ebook sales from prominent DRM-free publishers. Some of the Day's
Last Friday, we made a powerful statement to the W3C by delivering the verified signatures of over 22,500 people against Encrypted Media Extensions (EME), Big Media's proposal to incorporate DRM support into HTML.
In celebration of International Day Against DRM today, we rolled out the red carpet at W3C to deliver your petition signatures. Internet freedom's most stylish gathered to present W3C with an award for "Best Supporting Role in 'The Hollyweb'," accompanied by over 22,500 verified signatures from members of the public who oppose a proposal that would weave Digital Restrictions Management (DRM) into the fabric of the Web.
International Day Against DRM is this Friday, May 3rd. People all over the world are going to be showing their opposition to DRM, and you can join them!
Organize a local event today and we'll help you promote it. An event can be as simple as tabling at your campus, handing out information at a library or bookstore that offers ebooks with DRM. Find out if there's a local event near you. If there isn't, get one started!
Today Defective by Design, through the Free Software Foundation, joined twenty-six other organizations in releasing a joint letter to the World Wide Web Consortium (W3C), the Web's standards-setting body, condemning Encrypted Media Extensions (EME).
Hollywood is at it again. Its latest ploy to take over the Web? Use its influence at the World Wide Web Consortium (W3C) to weave Digital Restrictions Management (DRM) into HTML5 — in other words, into the very fabric of the Web. Millions of Internet users came together to defeat SOPA/PIPA, but now Big Media moguls are going through non-governmental channels to try to sneak digital restrictions into every interaction we have online.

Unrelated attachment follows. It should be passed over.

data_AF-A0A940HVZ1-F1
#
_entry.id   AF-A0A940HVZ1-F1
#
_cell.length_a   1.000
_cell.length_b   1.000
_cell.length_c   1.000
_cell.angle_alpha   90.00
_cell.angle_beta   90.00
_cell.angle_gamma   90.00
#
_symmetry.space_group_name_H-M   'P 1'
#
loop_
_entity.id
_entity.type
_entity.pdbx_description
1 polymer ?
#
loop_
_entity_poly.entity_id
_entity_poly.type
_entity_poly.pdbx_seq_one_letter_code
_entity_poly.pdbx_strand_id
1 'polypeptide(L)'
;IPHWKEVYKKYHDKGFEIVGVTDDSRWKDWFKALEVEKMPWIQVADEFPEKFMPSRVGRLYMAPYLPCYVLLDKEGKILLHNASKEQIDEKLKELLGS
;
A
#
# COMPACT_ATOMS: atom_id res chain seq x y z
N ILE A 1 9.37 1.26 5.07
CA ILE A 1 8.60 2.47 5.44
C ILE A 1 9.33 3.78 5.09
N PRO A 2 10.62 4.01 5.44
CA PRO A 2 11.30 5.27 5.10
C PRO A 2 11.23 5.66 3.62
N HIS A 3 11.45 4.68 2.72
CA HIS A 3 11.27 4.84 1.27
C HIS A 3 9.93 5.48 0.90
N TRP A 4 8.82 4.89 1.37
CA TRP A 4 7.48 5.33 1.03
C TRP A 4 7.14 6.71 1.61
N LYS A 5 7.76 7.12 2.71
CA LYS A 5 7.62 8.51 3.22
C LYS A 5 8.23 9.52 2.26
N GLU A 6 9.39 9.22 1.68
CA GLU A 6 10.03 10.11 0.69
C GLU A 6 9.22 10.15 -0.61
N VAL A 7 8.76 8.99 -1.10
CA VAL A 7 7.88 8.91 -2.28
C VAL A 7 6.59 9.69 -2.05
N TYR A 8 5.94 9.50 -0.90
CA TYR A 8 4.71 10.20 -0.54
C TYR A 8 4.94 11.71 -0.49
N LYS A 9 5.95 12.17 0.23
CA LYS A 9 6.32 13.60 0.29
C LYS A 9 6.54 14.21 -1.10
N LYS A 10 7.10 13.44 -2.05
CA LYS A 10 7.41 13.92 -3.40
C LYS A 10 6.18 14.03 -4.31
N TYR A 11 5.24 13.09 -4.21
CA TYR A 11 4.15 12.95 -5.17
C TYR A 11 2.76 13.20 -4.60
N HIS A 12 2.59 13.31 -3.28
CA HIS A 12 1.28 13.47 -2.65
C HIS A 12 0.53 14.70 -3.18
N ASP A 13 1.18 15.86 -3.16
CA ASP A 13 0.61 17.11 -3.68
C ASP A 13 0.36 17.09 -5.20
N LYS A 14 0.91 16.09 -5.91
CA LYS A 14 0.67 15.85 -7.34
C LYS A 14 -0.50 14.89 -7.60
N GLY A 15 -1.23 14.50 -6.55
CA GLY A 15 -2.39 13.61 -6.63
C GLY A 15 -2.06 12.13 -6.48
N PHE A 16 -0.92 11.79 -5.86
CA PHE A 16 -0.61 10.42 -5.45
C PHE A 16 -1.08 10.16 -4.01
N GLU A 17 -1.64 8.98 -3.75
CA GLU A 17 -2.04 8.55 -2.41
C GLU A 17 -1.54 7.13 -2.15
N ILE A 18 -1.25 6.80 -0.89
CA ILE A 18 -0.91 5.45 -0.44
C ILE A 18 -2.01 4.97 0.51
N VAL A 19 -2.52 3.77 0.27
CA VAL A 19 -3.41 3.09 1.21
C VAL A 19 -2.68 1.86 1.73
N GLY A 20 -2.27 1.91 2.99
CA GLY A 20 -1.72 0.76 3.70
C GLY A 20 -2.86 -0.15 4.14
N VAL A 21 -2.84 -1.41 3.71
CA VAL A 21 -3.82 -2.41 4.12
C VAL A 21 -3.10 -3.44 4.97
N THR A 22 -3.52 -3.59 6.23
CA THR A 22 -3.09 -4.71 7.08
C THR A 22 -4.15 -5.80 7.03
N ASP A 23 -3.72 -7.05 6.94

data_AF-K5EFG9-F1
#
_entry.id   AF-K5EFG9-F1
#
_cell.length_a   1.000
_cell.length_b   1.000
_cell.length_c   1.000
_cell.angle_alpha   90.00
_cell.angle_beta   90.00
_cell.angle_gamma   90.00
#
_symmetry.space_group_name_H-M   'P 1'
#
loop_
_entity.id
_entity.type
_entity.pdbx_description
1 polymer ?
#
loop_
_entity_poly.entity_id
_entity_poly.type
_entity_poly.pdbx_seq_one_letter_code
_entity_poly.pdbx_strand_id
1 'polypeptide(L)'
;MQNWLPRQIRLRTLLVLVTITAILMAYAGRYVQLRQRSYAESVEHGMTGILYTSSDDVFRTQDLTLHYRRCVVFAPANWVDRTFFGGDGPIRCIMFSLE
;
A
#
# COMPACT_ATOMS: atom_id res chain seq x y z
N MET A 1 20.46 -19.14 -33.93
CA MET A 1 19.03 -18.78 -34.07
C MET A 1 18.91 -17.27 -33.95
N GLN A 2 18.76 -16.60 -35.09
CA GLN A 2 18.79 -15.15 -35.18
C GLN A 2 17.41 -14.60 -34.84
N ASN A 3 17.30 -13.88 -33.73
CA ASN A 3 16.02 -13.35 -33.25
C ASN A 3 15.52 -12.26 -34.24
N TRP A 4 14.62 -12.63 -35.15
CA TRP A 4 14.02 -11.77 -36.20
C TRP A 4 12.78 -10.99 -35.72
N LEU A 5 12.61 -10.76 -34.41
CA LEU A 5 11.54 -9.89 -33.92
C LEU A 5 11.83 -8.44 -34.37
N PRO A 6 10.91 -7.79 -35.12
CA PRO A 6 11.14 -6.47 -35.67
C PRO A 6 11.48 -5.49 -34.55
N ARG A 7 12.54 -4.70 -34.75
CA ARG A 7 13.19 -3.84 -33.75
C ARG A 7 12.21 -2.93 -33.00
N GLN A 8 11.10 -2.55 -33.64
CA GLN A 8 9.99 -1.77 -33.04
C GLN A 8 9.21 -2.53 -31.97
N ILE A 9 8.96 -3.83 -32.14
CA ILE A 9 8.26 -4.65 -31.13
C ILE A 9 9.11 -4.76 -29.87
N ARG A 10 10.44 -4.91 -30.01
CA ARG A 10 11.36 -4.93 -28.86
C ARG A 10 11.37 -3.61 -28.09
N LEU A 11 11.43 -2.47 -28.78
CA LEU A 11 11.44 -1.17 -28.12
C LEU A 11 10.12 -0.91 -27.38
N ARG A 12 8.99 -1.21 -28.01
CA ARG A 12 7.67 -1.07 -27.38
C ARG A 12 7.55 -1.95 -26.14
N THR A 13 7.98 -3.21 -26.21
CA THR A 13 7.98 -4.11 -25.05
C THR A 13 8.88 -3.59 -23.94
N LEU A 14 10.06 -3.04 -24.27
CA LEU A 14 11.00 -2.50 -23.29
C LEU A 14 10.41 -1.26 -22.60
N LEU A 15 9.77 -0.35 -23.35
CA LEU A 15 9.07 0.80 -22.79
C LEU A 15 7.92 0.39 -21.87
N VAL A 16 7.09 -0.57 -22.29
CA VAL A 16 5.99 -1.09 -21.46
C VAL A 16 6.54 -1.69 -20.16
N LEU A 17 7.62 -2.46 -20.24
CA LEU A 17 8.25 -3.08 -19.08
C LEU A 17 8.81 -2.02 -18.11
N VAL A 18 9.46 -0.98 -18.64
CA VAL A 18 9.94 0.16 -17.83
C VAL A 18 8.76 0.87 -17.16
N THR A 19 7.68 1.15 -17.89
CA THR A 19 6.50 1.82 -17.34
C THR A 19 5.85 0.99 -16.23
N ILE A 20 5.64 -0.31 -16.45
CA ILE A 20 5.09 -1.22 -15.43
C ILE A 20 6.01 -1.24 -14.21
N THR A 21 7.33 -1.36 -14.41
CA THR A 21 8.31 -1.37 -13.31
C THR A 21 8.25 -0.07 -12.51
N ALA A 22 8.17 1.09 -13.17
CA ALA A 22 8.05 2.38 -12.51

Soon after announcing the big expansion and complete overhaul of our Guide to DRM-free Living, we also announced the DRM-free label, an effort to create recognizable branding for providers of DRM-free files to quickly communicate to users that they don't have to worry about being encumbered by restrictive technologies such as Digital Restrictions Management.
Online self-publishing platforms have lowered barriers for authors to get their works published, giving rise to a new kind of literature that works without big publishers. Lulu is one of the most popular solutions for writers to easily sell their works in print or as ebooks. A few years ago, they defended their DRM-encumbered ebooks, but they have just announced that they are saying goodbye to DRM.
The fight against DRM often pits us against some of the biggest companies and the most dominant ways of thinking in the technology business. What gives us the independence to speak out -- and the power to make your voice heard --is the support of our members. Now, we need your help to keep Defective by Design strong in 2013.
by Libby Reinish and Kÿra
Holiday season is upon us, which means a bombardment of advertising for the latest and greatest tech toys, and the onslaught of enticing deals is extremely effective. On Cyber Monday, hordes of virtual shoppers took to the Web in search of the newest gadgets to bestow upon their loved ones.
Imagine if you came home and discovered all of your bookshelves ransacked, their contents nowhere to be found. That's what happened to Amazon customer Linn, but the bookshelves were digital. Three years ago, Amazon showed the world that they have the power to delete copies of books from readers' Kindles en masse, and now they are finally taking heat for exerting this power over readers' entire libraries.
Awareness has been spreading among individuals, businesses and other organizations that DRM is a completely unnecessary restriction of freedom, and it drives people away. As that awareness spreads, going "DRM-Free" becomes more and more valuable for patrons. To really build upon that image and to provide a resource for people to learn about why being DRM-Free matters, we've created this logo for suppliers to to proudly advertise that their files all come unencumbered by restrictive technologies.